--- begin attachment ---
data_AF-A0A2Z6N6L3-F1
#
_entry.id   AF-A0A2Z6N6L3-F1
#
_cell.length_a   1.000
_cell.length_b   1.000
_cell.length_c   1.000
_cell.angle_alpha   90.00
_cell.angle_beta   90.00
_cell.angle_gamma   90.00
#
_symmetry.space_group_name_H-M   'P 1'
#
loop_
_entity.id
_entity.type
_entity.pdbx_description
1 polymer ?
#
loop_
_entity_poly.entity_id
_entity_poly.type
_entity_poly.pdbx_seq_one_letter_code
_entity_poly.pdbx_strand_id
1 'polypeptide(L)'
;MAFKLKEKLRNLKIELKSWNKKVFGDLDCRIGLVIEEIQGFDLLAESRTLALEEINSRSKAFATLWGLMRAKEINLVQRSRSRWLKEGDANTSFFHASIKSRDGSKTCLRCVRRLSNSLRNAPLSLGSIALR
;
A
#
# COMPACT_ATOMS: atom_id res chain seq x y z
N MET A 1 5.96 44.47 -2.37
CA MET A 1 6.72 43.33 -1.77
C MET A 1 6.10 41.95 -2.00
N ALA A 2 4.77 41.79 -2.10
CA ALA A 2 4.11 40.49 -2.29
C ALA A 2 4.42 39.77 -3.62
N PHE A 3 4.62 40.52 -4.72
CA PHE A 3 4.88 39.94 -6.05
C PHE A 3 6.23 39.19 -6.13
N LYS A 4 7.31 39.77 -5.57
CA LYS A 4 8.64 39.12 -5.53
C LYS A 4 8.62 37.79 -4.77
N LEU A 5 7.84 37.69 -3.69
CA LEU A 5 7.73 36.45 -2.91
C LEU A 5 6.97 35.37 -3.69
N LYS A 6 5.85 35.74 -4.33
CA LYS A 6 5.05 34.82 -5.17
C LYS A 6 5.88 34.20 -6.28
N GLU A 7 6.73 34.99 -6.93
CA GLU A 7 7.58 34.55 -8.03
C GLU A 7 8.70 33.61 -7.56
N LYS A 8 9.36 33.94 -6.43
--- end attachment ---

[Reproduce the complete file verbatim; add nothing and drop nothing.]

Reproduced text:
data_AF-A0A2Z6N6L3-F1
#
_entry.id   AF-A0A2Z6N6L3-F1
#
_cell.length_a   1.000
_cell.length_b   1.000
_cell.length_c   1.000
_cell.angle_alpha   90.00
_cell.angle_beta   90.00
_cell.angle_gamma   90.00
#
_symmetry.space_group_name_H-M   'P 1'
#
loop_
_entity.id
_entity.type
_entity.pdbx_description
1 polymer ?
#
loop_
_entity_poly.entity_id
_entity_poly.type
_entity_poly.pdbx_seq_one_letter_code
_entity_poly.pdbx_strand_id
1 'polypeptide(L)'
;MAFKLKEKLRNLKIELKSWNKKVFGDLDCRIGLVIEEIQGFDLLAESRTLALEEINSRSKAFATLWGLMRAKEINLVQRSRSRWLKEGDANTSFFHASIKSRDGSKTCLRCVRRLSNSLRNAPLSLGSIALR
;
A
#
# COMPACT_ATOMS: atom_id res chain seq x y z
N MET A 1 5.96 44.47 -2.37
CA MET A 1 6.72 43.33 -1.77
C MET A 1 6.10 41.95 -2.00
N ALA A 2 4.77 41.79 -2.10
CA ALA A 2 4.11 40.49 -2.29
C ALA A 2 4.42 39.77 -3.62
N PHE A 3 4.62 40.52 -4.72
CA PHE A 3 4.88 39.94 -6.05
C PHE A 3 6.23 39.19 -6.13
N LYS A 4 7.31 39.77 -5.57
CA LYS A 4 8.64 39.12 -5.53
C LYS A 4 8.62 37.79 -4.77
N LEU A 5 7.84 37.69 -3.69
CA LEU A 5 7.73 36.45 -2.91
C LEU A 5 6.97 35.37 -3.69
N LYS A 6 5.85 35.74 -4.33
CA LYS A 6 5.05 34.82 -5.17
C LYS A 6 5.88 34.20 -6.28
N GLU A 7 6.73 34.99 -6.93
CA GLU A 7 7.58 34.55 -8.03
C GLU A 7 8.70 33.61 -7.56
N LYS A 8 9.36 33.94 -6.43